Over the last few months, I have learned just how messy collaborative projects can be. A lot of communication is necessary when creating something with a large group of people. Even the most ambitious students can easily be scared away from the logistical nightmare that comes with pulling a lot of brains together.
Despite the complications that arise from piecing the puzzle of a group’s many diverse ideas together, the reward of seeing a project through to its completion is well worth the initial struggles involved.
This year, Jamie DeMotts and I, co-presidents of Lawrence’s Creative Writing Club (CWC), strived to put together more collaborative projects within our club and across other campus organizations. Last term, we helped put together a project with Visiting Assistant Professor of Mathematics Luke Wolcott and the Improvisational Group of Lawrence University (IGLU). The end result was a concert that IGLU performed, consisting of improvised music to the math-related poems CWC wrote with the guidance of Wolcott and other Lawrence faculty members.
The resulting concert was a success, leaving CWC poets eager to put together another project with IGLU next year. While the outcome of the project was well received, the process of putting together the poems was anything but smooth sailing.
After CWC’s first meeting with Wolcott, Interlibrary Loan Assistant Andrew McSorley, and Visiting Assistant Professor of English Charles Austin Segrest to ask about their vision for the math-themed poems, club members were hesitant to write about a subject that they did not know much about. It was several weeks before DeMotts and I established who was writing for the project and received drafts from the writers.
Since many of the poets had no background in math, the prospect of writing about the subject was intimidating, even though the math survey packet we received from Wolcott contained enough information to spark imagination without mathematical knowledge. The amount of unknowns about the project’s outcome and the concept of writing about math delayed some of the initial planning stages.
However, after seeing the success of the math-music-poem-mash-up, it was much easier to get students on board for another collaboration. That is not to say that the next project proceeded without difficulty, though.
This term, CWC is releasing a new fragment of a serial story in the Variety section of each issue of The Lawrentian. (The third installment is available this week. Shameless plug: you should check it out). Every part pushes the plot forward through the perspective of a different character, each written by a different member of CWC.
Now, after a few weeks of wrestling through the details of the story, all stages of the plot and the purpose of each character within that plot have been established. Towards the beginning, though, the story was an absolute mess.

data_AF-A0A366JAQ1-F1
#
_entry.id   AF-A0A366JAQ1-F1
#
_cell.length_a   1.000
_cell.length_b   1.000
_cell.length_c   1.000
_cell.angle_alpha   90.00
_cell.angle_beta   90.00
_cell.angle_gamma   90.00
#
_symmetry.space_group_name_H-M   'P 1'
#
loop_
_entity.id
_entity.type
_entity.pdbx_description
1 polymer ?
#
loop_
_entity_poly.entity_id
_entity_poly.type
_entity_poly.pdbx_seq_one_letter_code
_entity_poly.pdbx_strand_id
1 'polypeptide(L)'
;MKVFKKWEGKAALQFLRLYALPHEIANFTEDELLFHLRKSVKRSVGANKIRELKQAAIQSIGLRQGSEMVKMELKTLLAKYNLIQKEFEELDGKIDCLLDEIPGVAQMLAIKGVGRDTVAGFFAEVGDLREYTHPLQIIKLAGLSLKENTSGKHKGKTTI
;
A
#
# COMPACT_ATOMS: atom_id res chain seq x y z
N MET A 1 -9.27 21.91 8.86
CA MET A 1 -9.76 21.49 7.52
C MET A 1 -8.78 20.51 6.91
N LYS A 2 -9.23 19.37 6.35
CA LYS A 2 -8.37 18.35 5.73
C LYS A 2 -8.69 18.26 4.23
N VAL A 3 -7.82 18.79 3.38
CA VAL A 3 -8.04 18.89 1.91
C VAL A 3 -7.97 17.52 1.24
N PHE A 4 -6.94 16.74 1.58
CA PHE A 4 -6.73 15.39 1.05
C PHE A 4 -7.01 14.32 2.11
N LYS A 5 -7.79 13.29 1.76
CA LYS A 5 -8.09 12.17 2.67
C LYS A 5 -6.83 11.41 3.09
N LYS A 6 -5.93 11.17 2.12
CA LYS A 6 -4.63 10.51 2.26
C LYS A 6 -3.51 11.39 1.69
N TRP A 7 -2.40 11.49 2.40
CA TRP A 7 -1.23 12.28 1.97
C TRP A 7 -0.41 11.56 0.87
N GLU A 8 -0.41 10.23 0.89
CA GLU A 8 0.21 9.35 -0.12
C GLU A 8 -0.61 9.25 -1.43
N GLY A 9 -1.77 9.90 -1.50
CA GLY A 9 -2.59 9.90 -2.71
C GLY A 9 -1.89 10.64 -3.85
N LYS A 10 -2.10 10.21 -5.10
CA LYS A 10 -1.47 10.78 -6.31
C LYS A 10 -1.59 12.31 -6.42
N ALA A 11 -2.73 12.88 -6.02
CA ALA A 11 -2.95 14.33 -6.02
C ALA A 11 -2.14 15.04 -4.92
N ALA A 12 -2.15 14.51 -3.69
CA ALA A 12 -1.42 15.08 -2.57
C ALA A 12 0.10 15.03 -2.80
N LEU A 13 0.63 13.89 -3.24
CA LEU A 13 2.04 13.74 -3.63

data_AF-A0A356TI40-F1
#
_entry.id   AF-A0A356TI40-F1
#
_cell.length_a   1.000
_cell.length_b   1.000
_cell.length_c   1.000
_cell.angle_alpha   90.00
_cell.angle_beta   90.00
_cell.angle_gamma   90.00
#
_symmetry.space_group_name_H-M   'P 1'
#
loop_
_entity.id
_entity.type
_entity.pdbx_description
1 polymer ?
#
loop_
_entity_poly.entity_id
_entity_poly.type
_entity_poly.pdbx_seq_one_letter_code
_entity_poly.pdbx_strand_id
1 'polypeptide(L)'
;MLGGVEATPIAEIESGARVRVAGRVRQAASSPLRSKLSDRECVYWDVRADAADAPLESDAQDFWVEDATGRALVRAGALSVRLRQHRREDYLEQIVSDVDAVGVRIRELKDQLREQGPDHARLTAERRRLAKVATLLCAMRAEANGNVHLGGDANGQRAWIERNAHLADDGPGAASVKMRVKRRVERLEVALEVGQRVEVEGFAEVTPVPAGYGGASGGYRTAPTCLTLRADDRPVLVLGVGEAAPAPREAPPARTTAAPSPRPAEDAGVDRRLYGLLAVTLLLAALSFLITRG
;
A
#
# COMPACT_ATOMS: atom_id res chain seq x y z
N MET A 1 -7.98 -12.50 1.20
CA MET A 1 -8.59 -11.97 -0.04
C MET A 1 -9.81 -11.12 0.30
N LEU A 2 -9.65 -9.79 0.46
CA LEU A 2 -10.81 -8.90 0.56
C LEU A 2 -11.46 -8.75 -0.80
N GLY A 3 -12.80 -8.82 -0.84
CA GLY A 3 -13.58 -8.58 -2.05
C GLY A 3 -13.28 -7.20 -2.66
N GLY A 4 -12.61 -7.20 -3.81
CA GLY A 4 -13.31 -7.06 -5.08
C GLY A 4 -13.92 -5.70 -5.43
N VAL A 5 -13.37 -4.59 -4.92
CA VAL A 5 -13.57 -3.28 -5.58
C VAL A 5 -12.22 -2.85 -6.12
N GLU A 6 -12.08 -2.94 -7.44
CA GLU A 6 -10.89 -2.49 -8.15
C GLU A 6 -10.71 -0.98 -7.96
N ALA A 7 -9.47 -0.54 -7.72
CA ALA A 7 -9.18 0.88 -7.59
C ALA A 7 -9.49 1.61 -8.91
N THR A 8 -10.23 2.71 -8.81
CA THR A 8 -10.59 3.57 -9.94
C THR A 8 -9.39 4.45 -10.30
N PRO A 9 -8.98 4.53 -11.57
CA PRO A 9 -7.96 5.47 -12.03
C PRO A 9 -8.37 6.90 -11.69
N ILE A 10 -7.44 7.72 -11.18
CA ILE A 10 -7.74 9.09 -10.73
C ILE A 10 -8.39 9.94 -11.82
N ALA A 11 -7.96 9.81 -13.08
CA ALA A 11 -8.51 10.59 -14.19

Since students were enthusiastic about the prospect of writing a collective story for The Lawrentian, there were many ideas that spawned from our chaotic clamor of brainstorming. However, it took several meetings before we were able to figure out a way that our thoughts could fit together in a coherent way.
There were disagreements about some of the major plot-points throughout the process. We spent an entire meeting just deciding if it would take place in a fictional or non-fictional setting, another deciding what fiction meant to us, and then yet another deciding which fictional genre we would work with.
In addition to the serial story, DeMotts and I have been tossing around ideas and speaking with Lawrence faculty members about hosting an undergraduate writing conference at Lawrence next spring. Inviting students from other schools and groups within the surrounding Appleton community will require even more coordinating and thought production.
To be completely honest, neither of us have a full grasp on where the writing conference is going to go, and how many people it will reach. Neither of us know if putting together this conference for the first time will inspire student organizations to continue the project the following year or laugh at our over-ambitious attempt to try something new.
Despite the uncertainties, I have never had so much fun playing with ideas and exploring the possibilities of a project. Last week, DeMotts and another CWC member screamed my name across campus, gaining my attention to report on a meeting with a professor about questions we had about the conference.
For the next several minutes, we geeked out about the directions that the conference could take. We squealed with glee, arms waving in the air excitedly with the realization that our vision could become a reality.
Like the beginning of the serial story, there are many ideas for us to mold together and even more people to communicate with in order to make the conference possible. Hosting a conference requires financial planning and scheduling with schools whose academic calendars are much different than our own. And boy, is it messy.
Getting students to participate in and take the time out of their busy 10-week term to take part in a project whose outcome is uncertain takes patience, courage and communication. However, it’s worth it. It’s worth the geek out when you realize that the project is possible. It’s worth the rush after seeing the end result of something you were afraid of trying. Most importantly, it’s worth the friendships you build while creating something together.
Next time you have an idea, bring it up to a friend. Talk with relevant student organizations and dive in. You never know where an idea could lead.